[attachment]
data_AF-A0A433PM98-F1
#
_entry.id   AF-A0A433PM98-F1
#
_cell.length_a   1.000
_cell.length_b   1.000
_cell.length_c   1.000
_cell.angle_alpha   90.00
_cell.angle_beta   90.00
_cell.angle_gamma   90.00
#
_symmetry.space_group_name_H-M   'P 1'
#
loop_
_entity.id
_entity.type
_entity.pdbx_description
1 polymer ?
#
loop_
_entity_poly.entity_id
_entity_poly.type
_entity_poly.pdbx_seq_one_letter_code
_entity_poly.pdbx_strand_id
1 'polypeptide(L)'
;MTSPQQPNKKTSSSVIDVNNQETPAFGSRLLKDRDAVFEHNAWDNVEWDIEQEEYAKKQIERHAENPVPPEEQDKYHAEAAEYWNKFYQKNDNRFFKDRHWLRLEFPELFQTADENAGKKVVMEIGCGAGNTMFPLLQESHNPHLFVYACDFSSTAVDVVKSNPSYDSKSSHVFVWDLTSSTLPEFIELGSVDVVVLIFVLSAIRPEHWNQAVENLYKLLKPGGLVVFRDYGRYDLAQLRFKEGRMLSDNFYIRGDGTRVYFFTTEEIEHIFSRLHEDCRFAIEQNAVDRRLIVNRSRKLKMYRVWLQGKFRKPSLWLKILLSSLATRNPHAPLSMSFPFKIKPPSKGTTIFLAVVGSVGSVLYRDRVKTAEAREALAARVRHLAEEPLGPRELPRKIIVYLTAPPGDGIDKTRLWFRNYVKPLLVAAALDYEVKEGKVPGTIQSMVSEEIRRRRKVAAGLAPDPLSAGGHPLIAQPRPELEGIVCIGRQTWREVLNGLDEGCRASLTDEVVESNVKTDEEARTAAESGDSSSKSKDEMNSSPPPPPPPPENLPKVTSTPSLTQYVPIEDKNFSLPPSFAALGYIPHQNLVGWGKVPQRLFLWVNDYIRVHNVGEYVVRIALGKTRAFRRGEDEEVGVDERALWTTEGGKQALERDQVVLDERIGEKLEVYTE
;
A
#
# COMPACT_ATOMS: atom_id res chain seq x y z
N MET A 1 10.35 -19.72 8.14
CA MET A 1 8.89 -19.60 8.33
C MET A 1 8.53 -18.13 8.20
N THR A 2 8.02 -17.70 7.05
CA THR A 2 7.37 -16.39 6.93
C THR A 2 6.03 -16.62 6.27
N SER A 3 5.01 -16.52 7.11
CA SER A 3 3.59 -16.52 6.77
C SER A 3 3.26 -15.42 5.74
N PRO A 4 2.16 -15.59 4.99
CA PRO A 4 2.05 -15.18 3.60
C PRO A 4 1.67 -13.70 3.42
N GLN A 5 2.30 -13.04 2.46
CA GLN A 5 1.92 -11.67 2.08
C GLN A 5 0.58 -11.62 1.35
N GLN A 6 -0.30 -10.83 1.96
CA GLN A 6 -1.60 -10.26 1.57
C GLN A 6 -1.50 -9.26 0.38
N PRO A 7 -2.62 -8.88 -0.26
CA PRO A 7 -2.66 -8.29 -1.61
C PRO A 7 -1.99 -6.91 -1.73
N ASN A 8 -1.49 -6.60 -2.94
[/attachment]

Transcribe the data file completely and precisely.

data_AF-A0A433PM98-F1
#
_entry.id   AF-A0A433PM98-F1
#
_cell.length_a   1.000
_cell.length_b   1.000
_cell.length_c   1.000
_cell.angle_alpha   90.00
_cell.angle_beta   90.00
_cell.angle_gamma   90.00
#
_symmetry.space_group_name_H-M   'P 1'
#
loop_
_entity.id
_entity.type
_entity.pdbx_description
1 polymer ?
#
loop_
_entity_poly.entity_id
_entity_poly.type
_entity_poly.pdbx_seq_one_letter_code
_entity_poly.pdbx_strand_id
1 'polypeptide(L)'
;MTSPQQPNKKTSSSVIDVNNQETPAFGSRLLKDRDAVFEHNAWDNVEWDIEQEEYAKKQIERHAENPVPPEEQDKYHAEAAEYWNKFYQKNDNRFFKDRHWLRLEFPELFQTADENAGKKVVMEIGCGAGNTMFPLLQESHNPHLFVYACDFSSTAVDVVKSNPSYDSKSSHVFVWDLTSSTLPEFIELGSVDVVVLIFVLSAIRPEHWNQAVENLYKLLKPGGLVVFRDYGRYDLAQLRFKEGRMLSDNFYIRGDGTRVYFFTTEEIEHIFSRLHEDCRFAIEQNAVDRRLIVNRSRKLKMYRVWLQGKFRKPSLWLKILLSSLATRNPHAPLSMSFPFKIKPPSKGTTIFLAVVGSVGSVLYRDRVKTAEAREALAARVRHLAEEPLGPRELPRKIIVYLTAPPGDGIDKTRLWFRNYVKPLLVAAALDYEVKEGKVPGTIQSMVSEEIRRRRKVAAGLAPDPLSAGGHPLIAQPRPELEGIVCIGRQTWREVLNGLDEGCRASLTDEVVESNVKTDEEARTAAESGDSSSKSKDEMNSSPPPPPPPPENLPKVTSTPSLTQYVPIEDKNFSLPPSFAALGYIPHQNLVGWGKVPQRLFLWVNDYIRVHNVGEYVVRIALGKTRAFRRGEDEEVGVDERALWTTEGGKQALERDQVVLDERIGEKLEVYTE
;
A
#
# COMPACT_ATOMS: atom_id res chain seq x y z
N MET A 1 10.35 -19.72 8.14
CA MET A 1 8.89 -19.60 8.33
C MET A 1 8.53 -18.13 8.20
N THR A 2 8.02 -17.70 7.05
CA THR A 2 7.37 -16.39 6.93
C THR A 2 6.03 -16.62 6.27
N SER A 3 5.01 -16.52 7.11
CA SER A 3 3.59 -16.52 6.77
C SER A 3 3.26 -15.42 5.74
N PRO A 4 2.16 -15.59 4.99
CA PRO A 4 2.05 -15.18 3.60
C PRO A 4 1.67 -13.70 3.42
N GLN A 5 2.30 -13.04 2.46
CA GLN A 5 1.92 -11.67 2.08
C GLN A 5 0.58 -11.62 1.35
N GLN A 6 -0.30 -10.83 1.96
CA GLN A 6 -1.60 -10.26 1.57
C GLN A 6 -1.50 -9.26 0.38
N PRO A 7 -2.62 -8.88 -0.26
CA PRO A 7 -2.66 -8.29 -1.61
C PRO A 7 -1.99 -6.91 -1.73
N ASN A 8 -1.49 -6.60 -2.94